Shoe fashion is lost on me. I remember the first time I had a voice in picking out shoes. I didn’t want a voice, really. I was little. Whatever I wore had always been up to my parents. The nice man at McCann’s put my little foot in the metal shoe size thingy and boxed it up like a present. That was fun. Then he looked up at me–me!–and said “Would you like buckle or tie?” I had no idea what he was talking about. I drew a complete blank and I remember it to this day because of the embarrassment of being asked something I had a 50% chance of getting wrong. If he’d asked me if I prefer Plethodon salamanders to Ambystomas I’d have had an answer. I picked one of the words at random and then pieced the puzzle together when he brought the shoe. I was ready for the next time but nobody ever asked me that again.
Anyway my shoes were pretty basic. I suspect all my school shoes were brown lace-up types, and Keds or PF Flyers at home, until I got to the awful age of having to Fit In. I’d aged past saddle oxfords. I think I wore loafers. Penny loafers at first and then a pair of tassel loafers. Then the flower-child era freed me from the constraints of needing money to Fit In, and I have no idea what I wore on my feet to school. I can’t remember a single pair of shoes I owned for several decades. To this day I can’t tell you what a mule or a pump is.
Given my antipathy toward fashionable women’s shoes, it was a good deal for me to have been a letter carrier. We wore black oxfords with smooth soles. Period. And they were great, until someone decided we needed waffle soles so we wouldn’t slip on the pavement. Nobody ever slipped on the pavement. What we did do was step in dog shit, which we used to be able to clean off with three scrapes against the curb. But with the waffle soles, we were guaranteed to have to spend company time leaning up against a building reaming out dog shit with a stick. It’s a good professional look.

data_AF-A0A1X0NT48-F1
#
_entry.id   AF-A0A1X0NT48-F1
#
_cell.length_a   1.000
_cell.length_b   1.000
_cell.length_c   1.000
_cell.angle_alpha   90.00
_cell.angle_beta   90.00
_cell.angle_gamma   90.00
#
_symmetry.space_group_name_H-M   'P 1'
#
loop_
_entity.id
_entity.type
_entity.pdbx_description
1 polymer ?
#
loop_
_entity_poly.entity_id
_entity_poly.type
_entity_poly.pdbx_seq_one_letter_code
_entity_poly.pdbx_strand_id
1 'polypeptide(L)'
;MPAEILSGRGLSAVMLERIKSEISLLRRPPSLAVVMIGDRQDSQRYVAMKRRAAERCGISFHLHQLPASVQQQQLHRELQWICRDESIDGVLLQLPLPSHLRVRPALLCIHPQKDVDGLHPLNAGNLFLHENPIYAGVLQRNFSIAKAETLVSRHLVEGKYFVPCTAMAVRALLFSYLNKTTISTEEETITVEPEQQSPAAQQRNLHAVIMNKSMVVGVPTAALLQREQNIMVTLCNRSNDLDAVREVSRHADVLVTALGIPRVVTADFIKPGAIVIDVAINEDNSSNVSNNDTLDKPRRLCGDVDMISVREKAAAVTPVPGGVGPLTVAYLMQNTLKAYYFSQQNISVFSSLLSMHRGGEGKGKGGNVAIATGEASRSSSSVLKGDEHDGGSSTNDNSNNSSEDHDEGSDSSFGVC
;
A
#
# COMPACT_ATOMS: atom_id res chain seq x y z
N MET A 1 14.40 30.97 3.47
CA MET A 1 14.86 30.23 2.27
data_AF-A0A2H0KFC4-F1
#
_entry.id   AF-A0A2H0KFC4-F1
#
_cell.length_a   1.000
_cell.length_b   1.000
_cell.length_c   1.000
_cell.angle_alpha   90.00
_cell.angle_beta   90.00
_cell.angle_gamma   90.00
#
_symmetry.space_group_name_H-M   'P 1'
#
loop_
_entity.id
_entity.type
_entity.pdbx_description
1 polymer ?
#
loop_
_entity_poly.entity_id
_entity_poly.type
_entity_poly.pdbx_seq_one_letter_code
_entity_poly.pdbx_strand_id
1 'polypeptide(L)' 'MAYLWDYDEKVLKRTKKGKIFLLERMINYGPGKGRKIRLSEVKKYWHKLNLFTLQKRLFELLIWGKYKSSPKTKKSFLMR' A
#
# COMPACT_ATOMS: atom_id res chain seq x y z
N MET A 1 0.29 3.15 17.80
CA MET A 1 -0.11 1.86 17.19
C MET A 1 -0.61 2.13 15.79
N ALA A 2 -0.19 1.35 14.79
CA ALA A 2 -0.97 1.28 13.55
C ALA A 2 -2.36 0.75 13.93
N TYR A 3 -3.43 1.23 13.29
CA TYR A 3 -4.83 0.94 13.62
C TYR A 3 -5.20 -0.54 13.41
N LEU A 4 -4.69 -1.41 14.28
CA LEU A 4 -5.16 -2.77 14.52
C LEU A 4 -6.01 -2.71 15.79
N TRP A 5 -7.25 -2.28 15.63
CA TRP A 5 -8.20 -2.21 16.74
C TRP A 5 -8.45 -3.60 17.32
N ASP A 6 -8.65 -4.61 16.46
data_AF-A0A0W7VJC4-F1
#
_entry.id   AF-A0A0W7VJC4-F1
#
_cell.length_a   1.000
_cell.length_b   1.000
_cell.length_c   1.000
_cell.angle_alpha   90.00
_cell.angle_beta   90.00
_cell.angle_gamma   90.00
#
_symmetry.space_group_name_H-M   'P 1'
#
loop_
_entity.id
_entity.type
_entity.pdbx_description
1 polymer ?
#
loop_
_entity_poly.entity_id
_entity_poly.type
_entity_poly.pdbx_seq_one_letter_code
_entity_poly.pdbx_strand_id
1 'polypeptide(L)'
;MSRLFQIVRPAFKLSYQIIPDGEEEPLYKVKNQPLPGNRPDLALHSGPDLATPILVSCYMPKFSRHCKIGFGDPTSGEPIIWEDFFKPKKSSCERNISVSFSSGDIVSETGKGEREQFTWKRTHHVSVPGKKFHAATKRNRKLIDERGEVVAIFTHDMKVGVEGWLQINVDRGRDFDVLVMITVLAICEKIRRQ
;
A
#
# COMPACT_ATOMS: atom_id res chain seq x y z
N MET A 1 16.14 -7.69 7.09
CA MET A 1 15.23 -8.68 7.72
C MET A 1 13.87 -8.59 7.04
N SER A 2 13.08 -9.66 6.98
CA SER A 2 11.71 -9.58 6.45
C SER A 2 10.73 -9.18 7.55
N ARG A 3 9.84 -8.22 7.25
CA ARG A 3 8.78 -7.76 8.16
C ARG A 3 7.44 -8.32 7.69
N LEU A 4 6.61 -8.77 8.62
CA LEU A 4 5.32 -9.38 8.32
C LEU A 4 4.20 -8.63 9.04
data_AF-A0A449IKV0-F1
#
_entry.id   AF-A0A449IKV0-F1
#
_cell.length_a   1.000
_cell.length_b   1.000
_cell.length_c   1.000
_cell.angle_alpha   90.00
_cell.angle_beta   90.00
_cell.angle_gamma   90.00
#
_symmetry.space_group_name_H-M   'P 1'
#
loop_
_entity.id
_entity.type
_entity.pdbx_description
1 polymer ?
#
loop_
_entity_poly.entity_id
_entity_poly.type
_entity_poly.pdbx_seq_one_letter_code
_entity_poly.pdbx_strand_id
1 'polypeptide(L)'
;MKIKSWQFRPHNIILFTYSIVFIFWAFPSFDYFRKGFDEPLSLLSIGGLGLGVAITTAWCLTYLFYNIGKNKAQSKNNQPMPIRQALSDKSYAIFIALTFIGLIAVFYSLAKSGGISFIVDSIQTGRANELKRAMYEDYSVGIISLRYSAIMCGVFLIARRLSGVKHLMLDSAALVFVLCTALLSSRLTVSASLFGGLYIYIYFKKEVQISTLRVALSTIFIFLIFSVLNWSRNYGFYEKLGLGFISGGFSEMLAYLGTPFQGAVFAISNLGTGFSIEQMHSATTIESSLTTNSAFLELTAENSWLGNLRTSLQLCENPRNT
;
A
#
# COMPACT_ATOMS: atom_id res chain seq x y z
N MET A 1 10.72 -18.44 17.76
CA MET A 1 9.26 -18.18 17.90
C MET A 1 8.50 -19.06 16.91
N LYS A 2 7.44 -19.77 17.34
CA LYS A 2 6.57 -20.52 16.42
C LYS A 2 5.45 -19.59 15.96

But our shoes were foot-shaped. You’d think that would be standard, but you’d be oh so wrong. I’ve seen antique ladies’ shoes in the museums. Before the 20th century, evidently women had feet the size of butter sticks. And the left and right were identical. If they weren’t originally, they got that way over the years. I’m not a large person, but if I had to jam my foot in a 19th-century ladies’ shoe, I’d have a blowout.
Put me down for a shoe that looks like my foot. Round at the toe, and close to the ground, just like the rest of me. Would I wear slingback pants? I would not. Platform eyeglasses? No. Cone bra? Maybe.
Supposedly high heels and platforms for both men and women were prevalent in the Middle Ages because there was always so much poop on the street to rise above. But that’s no reason to wear platforms. That’s an argument for learning how to ride a donkey. You sure don’t want to up the chances you’ll tip over in those conditions. These days there’s less shit and more burger wrappers, and platforms are strictly for fashionable effect and Tom Cruise.
Much shoe fashion, including high heels, had to do with demonstrating that the wearer didn’t have to work for a living, unless you count whoring. It is a sartorial expression of profound and desirable uselessness. If you were an aristocratic woman wearing chopines, you might tower almost two feet higher than you would normally, all of it concealed beneath your gown, and not only were you tall and useless, but you also needed a maid on either arm to prop you up. That is about as useless as it gets.
So upper-class people wore high heels. This principle of showing you do not have to work applied to both sexes. Nowadays we just use ambassadorships.
Modern high heels for women, however, do have a use. That use being the permanent and debilitating shortening of the Achilles tendon in order to accentuate the curve of the calf and the small of the back for the sexual titillation of men plus the signaling of the increased likelihood the wearer will be easy to catch.
I’ll stick with the Keds. I’m still easy to catch.